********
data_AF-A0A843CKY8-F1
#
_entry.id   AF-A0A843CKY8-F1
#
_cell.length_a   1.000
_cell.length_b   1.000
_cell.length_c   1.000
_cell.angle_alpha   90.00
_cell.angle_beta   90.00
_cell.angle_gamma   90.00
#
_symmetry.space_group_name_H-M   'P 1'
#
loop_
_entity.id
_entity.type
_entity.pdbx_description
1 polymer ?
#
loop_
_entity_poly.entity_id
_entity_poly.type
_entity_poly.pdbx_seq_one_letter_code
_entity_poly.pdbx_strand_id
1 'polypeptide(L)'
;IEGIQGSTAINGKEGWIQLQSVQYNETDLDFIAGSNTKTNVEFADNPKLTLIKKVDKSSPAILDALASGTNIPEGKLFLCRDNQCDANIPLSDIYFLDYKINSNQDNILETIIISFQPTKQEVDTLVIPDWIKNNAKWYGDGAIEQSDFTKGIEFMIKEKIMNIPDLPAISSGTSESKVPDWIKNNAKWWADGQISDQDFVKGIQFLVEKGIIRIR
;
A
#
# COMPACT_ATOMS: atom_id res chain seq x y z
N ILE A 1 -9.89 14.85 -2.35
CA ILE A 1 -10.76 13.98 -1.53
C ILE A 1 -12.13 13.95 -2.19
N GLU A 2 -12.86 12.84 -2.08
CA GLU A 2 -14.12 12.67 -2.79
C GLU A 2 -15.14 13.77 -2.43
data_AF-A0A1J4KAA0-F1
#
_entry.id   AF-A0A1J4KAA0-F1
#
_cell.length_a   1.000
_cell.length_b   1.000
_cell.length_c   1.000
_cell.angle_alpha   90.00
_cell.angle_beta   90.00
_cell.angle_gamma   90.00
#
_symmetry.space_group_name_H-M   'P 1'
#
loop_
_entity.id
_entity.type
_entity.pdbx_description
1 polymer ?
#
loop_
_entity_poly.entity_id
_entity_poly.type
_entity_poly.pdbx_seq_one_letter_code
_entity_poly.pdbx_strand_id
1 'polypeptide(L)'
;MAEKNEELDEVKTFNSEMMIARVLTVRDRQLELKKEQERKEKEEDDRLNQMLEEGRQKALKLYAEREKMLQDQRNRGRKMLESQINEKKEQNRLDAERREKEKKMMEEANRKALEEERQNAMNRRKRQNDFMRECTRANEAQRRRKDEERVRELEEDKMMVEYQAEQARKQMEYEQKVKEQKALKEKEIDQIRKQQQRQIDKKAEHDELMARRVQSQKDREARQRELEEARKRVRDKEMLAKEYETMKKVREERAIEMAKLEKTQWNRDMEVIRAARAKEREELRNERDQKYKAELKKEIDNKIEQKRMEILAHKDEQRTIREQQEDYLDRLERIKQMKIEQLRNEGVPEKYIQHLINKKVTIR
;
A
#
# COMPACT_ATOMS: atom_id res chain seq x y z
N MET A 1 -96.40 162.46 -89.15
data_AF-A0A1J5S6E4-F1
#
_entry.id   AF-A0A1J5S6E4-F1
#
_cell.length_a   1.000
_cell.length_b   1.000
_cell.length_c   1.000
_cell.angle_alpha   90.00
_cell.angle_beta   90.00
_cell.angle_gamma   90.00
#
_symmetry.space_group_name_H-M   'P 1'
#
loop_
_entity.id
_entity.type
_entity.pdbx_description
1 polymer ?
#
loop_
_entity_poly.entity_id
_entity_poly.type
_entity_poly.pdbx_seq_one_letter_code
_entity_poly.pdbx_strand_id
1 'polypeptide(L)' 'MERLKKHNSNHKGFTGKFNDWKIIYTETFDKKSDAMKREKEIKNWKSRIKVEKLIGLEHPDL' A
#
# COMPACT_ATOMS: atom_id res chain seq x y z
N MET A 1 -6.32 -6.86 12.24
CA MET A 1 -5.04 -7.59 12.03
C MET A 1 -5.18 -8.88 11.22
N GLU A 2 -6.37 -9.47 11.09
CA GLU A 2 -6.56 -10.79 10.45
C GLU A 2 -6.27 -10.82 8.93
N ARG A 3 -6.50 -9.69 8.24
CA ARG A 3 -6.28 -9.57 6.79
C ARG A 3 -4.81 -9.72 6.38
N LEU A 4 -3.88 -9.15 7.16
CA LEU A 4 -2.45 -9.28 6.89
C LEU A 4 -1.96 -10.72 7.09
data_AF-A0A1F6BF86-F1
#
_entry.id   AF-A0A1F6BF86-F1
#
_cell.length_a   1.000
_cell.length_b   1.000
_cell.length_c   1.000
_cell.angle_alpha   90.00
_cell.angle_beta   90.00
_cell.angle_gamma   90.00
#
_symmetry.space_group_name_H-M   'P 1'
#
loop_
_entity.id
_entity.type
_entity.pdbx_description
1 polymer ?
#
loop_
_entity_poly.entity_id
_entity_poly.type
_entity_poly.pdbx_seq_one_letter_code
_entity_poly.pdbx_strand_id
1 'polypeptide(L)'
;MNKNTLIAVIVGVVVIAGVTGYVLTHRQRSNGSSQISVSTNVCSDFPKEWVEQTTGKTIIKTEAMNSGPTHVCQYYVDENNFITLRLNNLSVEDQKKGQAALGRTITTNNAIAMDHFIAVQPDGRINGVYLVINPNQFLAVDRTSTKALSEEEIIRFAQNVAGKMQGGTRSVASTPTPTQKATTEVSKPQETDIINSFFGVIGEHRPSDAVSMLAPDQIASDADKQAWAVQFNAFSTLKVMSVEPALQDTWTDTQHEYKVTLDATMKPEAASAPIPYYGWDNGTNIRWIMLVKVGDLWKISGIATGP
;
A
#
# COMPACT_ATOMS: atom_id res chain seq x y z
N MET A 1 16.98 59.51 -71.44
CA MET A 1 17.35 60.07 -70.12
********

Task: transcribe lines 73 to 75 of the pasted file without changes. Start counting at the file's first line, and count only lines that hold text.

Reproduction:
_cell.length_b   1.000
_cell.length_c   1.000
_cell.angle_alpha   90.00